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Boss Lady

LOS ANGELES — A young blonde, wriggling along with Desi Arnaz in the Copacabana’s conga line in New York, catches the eye of Twentieth Century Fox founder Joseph M. Schenck. She gets a train ticket to Hollywood, a screen test and invites...

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But during World War II, when American manufacturers cloned Europe’s boxy cuts, it was the sexy fit Israel-Curley insisted on that had lasting impact.

"I was in the habit of redesigning and correcting the fit of the clothes I purchased from Bullocks or the May Co. with an old Singer foot-pedal sewing machine," she says. Of course, Mrs. I, as her employees called her, always cut a glamorous figure herself, resembling Tippi Hedren in the "Marni" era.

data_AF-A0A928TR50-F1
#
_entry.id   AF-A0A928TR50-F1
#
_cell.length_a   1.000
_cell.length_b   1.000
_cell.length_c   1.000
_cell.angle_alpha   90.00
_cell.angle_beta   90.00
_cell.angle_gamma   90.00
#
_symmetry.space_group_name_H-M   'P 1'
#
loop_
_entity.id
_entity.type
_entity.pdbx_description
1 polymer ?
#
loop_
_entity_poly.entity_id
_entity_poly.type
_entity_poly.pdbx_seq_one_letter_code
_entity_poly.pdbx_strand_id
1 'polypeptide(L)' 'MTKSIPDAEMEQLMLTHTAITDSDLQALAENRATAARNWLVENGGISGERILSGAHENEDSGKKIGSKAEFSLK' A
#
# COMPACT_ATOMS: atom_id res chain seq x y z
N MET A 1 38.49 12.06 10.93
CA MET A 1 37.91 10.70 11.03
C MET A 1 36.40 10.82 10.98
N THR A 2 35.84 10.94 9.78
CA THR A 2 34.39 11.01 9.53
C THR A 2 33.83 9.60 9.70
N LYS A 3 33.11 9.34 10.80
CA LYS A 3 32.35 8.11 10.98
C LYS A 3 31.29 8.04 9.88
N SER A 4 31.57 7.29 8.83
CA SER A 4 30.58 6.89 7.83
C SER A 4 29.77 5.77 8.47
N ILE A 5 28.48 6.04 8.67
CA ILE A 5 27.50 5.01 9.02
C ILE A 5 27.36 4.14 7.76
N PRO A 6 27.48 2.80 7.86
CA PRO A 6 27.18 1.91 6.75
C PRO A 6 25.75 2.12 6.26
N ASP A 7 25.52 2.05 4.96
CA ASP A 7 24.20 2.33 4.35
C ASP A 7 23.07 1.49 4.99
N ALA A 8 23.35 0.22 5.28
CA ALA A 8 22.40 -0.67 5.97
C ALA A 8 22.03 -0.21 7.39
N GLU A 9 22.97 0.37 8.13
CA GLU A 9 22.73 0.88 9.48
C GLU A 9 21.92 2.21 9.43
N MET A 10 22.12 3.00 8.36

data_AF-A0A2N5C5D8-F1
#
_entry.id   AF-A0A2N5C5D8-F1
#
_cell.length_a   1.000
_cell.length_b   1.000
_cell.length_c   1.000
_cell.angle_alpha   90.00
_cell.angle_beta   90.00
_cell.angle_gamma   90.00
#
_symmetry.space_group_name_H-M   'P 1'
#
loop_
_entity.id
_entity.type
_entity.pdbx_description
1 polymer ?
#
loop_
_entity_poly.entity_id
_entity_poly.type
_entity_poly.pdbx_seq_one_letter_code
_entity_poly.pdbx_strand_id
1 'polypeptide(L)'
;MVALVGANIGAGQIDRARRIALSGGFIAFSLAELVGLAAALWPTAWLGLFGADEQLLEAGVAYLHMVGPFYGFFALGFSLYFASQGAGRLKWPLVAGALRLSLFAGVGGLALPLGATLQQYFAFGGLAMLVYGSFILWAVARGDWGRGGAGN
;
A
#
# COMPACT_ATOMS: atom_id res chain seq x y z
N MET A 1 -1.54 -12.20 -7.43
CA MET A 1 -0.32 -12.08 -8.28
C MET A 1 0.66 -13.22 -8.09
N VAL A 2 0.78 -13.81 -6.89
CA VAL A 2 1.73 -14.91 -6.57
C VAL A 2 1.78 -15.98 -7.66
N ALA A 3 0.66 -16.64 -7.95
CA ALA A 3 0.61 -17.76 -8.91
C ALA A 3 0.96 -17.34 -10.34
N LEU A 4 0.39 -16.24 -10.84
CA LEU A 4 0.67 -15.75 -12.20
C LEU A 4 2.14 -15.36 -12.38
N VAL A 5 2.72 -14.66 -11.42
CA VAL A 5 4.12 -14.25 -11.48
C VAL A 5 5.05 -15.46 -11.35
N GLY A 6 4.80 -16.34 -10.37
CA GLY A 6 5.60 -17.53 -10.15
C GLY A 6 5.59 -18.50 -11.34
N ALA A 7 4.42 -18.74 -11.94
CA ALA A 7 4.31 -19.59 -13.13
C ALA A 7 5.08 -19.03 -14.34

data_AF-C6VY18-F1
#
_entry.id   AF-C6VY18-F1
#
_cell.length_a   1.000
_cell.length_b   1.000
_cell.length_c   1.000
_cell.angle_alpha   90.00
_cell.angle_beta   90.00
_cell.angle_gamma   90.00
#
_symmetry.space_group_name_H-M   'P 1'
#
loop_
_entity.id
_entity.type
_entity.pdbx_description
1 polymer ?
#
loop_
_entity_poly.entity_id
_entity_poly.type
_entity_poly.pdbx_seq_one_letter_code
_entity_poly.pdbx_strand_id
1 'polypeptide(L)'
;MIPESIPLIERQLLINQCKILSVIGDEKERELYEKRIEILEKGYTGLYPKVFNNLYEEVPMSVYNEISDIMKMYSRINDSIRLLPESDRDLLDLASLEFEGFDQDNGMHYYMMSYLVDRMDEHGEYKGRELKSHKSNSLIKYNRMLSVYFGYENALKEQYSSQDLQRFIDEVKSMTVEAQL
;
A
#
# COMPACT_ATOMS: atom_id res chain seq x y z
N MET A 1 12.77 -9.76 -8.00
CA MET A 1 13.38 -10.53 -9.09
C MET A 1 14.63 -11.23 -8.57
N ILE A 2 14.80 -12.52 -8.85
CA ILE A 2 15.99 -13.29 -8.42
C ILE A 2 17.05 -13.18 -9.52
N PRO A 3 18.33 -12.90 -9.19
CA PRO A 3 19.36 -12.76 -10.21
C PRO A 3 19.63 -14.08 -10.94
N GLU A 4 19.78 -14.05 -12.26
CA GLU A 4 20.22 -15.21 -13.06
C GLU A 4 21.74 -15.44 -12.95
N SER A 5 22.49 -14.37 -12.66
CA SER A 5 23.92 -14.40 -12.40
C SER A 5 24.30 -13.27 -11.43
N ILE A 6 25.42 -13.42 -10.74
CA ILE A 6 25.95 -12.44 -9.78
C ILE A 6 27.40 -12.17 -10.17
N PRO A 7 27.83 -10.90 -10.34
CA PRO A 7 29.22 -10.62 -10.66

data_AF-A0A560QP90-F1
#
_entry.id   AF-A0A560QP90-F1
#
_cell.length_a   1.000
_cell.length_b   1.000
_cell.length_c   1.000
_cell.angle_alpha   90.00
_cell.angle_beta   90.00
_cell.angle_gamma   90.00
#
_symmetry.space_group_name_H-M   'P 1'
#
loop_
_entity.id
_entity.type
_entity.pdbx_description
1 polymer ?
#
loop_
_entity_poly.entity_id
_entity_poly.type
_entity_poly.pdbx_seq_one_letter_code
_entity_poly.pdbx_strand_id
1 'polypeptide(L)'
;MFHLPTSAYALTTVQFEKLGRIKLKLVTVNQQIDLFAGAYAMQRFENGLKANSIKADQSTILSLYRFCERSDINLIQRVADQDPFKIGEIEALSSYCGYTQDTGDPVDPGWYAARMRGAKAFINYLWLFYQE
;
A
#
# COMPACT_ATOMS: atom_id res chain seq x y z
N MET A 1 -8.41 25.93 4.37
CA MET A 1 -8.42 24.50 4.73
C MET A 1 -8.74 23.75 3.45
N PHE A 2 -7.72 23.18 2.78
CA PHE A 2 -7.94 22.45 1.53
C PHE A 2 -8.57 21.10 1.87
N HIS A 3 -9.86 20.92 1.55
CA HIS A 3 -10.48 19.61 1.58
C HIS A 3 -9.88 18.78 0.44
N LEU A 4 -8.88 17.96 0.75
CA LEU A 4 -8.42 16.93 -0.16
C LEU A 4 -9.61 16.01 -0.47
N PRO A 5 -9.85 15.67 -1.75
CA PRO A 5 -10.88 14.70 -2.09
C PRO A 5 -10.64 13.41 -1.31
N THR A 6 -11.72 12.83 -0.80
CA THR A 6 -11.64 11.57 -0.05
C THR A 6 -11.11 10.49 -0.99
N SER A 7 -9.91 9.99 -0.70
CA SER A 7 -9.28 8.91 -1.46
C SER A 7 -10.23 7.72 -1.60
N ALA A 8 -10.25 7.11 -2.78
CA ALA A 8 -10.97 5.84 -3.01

But as fun as it all was, running the show at a time when women stayed at home strained her marriage to Larry Isreal.

"Very few of my closest friends really knew me because I hid my identity to be a respectful, feminine person," she says. "They knew I had a part in Judy’s, but they had no idea how much of a part. And that was fine with me, because it made my marriage look better."

In 1964, she had a coming out of sorts when The Los Angeles Times named her Woman of the Year. The article began: "Is she the boss’s wife? No, she is the boss."
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